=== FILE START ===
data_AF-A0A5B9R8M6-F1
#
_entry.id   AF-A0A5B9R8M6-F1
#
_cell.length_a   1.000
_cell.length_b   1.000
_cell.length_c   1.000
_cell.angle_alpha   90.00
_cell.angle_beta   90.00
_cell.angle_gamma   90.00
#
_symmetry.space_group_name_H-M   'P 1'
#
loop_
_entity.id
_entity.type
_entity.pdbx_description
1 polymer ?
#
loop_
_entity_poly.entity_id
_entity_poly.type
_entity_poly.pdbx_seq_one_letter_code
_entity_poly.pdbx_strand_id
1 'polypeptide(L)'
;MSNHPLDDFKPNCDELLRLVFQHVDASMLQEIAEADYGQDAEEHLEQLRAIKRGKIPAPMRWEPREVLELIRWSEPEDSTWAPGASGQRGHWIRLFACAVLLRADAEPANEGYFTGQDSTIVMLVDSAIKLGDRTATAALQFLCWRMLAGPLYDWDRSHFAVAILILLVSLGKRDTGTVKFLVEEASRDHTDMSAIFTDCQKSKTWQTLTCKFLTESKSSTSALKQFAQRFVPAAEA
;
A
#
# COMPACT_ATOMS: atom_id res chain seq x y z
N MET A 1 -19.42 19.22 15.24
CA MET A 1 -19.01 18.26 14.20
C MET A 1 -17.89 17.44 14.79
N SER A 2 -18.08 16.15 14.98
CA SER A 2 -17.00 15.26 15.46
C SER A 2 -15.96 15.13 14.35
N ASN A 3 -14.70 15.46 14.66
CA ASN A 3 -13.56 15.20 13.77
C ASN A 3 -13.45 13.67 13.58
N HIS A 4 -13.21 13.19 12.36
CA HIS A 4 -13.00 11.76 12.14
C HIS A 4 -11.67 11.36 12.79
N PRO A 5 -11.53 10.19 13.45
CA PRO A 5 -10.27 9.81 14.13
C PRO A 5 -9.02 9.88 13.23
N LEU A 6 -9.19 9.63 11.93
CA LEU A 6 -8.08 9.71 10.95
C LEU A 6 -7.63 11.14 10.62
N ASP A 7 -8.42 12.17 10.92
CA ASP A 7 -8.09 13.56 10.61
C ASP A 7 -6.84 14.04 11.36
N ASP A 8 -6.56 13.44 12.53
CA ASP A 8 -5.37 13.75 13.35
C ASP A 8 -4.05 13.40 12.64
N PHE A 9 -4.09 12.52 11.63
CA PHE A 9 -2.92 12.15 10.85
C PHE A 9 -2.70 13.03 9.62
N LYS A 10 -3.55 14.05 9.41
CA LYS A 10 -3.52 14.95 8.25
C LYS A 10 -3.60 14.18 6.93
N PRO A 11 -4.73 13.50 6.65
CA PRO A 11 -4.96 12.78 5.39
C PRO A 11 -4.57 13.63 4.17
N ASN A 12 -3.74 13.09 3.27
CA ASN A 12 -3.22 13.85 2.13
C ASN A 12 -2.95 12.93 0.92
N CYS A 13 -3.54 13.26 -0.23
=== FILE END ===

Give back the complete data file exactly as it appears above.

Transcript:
data_AF-A0A5B9R8M6-F1
#
_entry.id   AF-A0A5B9R8M6-F1
#
_cell.length_a   1.000
_cell.length_b   1.000
_cell.length_c   1.000
_cell.angle_alpha   90.00
_cell.angle_beta   90.00
_cell.angle_gamma   90.00
#
_symmetry.space_group_name_H-M   'P 1'
#
loop_
_entity.id
_entity.type
_entity.pdbx_description
1 polymer ?
#
loop_
_entity_poly.entity_id
_entity_poly.type
_entity_poly.pdbx_seq_one_letter_code
_entity_poly.pdbx_strand_id
1 'polypeptide(L)'
;MSNHPLDDFKPNCDELLRLVFQHVDASMLQEIAEADYGQDAEEHLEQLRAIKRGKIPAPMRWEPREVLELIRWSEPEDSTWAPGASGQRGHWIRLFACAVLLRADAEPANEGYFTGQDSTIVMLVDSAIKLGDRTATAALQFLCWRMLAGPLYDWDRSHFAVAILILLVSLGKRDTGTVKFLVEEASRDHTDMSAIFTDCQKSKTWQTLTCKFLTESKSSTSALKQFAQRFVPAAEA
;
A
#
# COMPACT_ATOMS: atom_id res chain seq x y z
N MET A 1 -19.42 19.22 15.24
CA MET A 1 -19.01 18.26 14.20
C MET A 1 -17.89 17.44 14.79
N SER A 2 -18.08 16.15 14.98
CA SER A 2 -17.00 15.26 15.46
C SER A 2 -15.96 15.13 14.35
N ASN A 3 -14.70 15.46 14.66
CA ASN A 3 -13.56 15.20 13.77
C ASN A 3 -13.45 13.67 13.58
N HIS A 4 -13.21 13.19 12.36
CA HIS A 4 -13.00 11.76 12.14
C HIS A 4 -11.67 11.36 12.79
N PRO A 5 -11.53 10.19 13.45
CA PRO A 5 -10.27 9.81 14.13
C PRO A 5 -9.02 9.88 13.23
N LEU A 6 -9.19 9.63 11.93
CA LEU A 6 -8.08 9.71 10.95
C LEU A 6 -7.63 11.14 10.62
N ASP A 7 -8.42 12.17 10.92
CA ASP A 7 -8.09 13.56 10.61
C ASP A 7 -6.84 14.04 11.36
N ASP A 8 -6.56 13.44 12.53
CA ASP A 8 -5.37 13.75 13.35
C ASP A 8 -4.05 13.40 12.64
N PHE A 9 -4.09 12.52 11.63
CA PHE A 9 -2.92 12.15 10.85
C PHE A 9 -2.70 13.03 9.62
N LYS A 10 -3.55 14.05 9.41
CA LYS A 10 -3.52 14.95 8.25
C LYS A 10 -3.60 14.18 6.93
N PRO A 11 -4.73 13.50 6.65
CA PRO A 11 -4.96 12.78 5.39
C PRO A 11 -4.57 13.63 4.17
N ASN A 12 -3.74 13.09 3.27
CA ASN A 12 -3.22 13.85 2.13
C ASN A 12 -2.95 12.93 0.92
N CYS A 13 -3.54 13.26 -0.23